Mudflat as far as the eye can see, vast stretches of lush pickleweed marsh, and a sense of solitude in the midst of seven million people best describe San Pablo Bay National Wildlife Refuge.
The San Pablo Bay National Wildlife Refuge was established in 1974 to support migratory birds, wetland habitat, and endangered species. The Refuge consists of more than 19,000 acres located along the northern edge of San Pablo Bay in northern California. The refuge and San Pablo Bay supports the largest wintering population of canvasbacks on the west coast, and protects the endangered salt marsh harvest mouse and the California Ridgway’s rail.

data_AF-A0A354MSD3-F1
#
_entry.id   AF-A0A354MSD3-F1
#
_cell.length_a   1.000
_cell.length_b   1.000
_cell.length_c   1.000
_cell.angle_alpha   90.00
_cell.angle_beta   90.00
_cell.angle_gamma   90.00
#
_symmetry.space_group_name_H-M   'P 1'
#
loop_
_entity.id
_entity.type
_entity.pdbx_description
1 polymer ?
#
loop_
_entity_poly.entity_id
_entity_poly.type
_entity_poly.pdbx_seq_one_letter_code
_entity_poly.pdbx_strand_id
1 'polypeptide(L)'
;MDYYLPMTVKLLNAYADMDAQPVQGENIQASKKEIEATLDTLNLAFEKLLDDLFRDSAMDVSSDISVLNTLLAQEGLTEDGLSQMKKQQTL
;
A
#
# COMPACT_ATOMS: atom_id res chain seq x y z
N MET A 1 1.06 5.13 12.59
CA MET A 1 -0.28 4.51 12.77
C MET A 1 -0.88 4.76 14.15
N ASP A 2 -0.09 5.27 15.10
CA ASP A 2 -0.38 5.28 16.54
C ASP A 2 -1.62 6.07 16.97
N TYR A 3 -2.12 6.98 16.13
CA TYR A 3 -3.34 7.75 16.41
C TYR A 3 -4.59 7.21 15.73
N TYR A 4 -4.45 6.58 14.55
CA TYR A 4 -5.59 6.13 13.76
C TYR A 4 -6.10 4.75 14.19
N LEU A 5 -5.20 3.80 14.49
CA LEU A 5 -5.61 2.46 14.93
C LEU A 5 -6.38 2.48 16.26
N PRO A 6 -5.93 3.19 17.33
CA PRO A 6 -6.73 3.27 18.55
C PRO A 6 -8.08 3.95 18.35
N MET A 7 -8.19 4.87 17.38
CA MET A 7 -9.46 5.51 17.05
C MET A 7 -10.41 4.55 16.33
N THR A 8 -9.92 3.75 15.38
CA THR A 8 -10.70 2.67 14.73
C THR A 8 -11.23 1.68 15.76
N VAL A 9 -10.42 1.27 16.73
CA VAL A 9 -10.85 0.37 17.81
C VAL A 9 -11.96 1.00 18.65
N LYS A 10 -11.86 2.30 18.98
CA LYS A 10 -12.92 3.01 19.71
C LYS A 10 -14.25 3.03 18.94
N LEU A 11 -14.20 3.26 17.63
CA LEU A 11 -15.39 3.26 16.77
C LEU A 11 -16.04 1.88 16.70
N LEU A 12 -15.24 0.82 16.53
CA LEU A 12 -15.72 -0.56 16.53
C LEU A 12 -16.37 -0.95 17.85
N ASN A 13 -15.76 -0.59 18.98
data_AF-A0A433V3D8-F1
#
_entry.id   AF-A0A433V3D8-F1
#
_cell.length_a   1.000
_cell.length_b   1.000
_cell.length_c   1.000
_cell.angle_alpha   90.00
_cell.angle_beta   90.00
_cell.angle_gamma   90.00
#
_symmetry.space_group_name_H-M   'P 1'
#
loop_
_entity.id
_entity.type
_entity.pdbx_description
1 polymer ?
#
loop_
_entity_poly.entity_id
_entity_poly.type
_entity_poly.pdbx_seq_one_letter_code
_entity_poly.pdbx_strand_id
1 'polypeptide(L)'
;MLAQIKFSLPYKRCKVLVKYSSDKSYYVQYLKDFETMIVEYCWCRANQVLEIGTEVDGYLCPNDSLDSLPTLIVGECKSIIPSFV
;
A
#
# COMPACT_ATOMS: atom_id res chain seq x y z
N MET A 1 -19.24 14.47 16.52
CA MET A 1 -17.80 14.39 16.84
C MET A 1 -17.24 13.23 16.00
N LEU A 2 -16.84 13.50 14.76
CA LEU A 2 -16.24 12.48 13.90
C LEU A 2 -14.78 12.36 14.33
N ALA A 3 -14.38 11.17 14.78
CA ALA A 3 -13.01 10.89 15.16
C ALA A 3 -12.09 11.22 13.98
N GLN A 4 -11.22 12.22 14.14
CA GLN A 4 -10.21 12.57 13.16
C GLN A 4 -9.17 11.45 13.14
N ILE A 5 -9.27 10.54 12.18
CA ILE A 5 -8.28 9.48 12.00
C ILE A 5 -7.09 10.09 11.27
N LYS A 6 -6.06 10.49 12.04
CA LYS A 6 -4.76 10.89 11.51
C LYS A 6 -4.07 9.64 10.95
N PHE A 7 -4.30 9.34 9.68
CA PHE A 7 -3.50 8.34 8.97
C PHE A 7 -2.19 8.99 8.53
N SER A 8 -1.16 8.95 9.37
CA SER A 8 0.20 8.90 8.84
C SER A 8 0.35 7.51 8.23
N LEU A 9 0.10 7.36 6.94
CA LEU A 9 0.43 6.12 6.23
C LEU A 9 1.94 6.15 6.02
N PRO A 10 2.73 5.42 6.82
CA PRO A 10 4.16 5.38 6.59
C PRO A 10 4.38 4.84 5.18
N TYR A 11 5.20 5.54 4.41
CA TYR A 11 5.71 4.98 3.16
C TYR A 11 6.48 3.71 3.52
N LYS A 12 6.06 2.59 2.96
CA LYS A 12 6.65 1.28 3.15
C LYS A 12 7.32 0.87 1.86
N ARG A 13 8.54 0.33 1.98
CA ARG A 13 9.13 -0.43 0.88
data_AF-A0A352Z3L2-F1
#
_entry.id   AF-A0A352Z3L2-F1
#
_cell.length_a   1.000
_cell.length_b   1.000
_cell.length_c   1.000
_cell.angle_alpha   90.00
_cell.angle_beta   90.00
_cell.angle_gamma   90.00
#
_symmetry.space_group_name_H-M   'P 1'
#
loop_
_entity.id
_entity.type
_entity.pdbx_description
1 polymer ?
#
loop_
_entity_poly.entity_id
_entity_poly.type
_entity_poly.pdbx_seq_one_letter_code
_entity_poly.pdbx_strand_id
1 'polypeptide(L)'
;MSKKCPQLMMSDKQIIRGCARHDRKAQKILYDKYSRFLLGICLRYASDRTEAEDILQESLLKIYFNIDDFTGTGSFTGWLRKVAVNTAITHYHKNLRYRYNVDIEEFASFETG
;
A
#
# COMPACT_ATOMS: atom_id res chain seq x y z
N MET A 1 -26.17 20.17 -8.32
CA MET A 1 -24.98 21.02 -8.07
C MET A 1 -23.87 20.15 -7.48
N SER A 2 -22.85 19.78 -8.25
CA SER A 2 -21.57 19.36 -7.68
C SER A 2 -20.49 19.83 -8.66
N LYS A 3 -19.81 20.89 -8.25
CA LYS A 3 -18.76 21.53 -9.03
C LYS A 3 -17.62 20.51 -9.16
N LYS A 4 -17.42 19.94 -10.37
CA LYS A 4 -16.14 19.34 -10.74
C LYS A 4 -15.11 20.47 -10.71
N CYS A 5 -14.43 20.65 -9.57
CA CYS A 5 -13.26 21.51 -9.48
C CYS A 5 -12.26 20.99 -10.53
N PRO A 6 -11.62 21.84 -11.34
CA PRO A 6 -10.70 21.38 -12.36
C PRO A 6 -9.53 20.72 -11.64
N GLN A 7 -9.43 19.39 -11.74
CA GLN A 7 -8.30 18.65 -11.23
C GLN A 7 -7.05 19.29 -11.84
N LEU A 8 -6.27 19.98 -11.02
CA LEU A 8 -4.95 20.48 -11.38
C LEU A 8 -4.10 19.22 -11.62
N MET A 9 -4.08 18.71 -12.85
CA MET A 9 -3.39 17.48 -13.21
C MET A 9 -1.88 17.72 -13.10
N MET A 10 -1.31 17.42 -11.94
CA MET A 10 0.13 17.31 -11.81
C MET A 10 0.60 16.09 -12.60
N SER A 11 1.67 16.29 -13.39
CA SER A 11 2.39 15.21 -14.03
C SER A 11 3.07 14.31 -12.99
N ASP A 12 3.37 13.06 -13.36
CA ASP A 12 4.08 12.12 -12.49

What We Do
The National Wildlife Refuge System is a series of lands and waters owned and managed by the U.S. Fish and Wildlife Service. Wildlife conservation is at the heart of the refuge system. It drives everything we do from the purpose a refuge is established, to the recreational activities offered there, to the resource management tools we use. Selecting the right tools helps us ensure the survival of local plants and animals and helps fulfill the purpose of the refuge.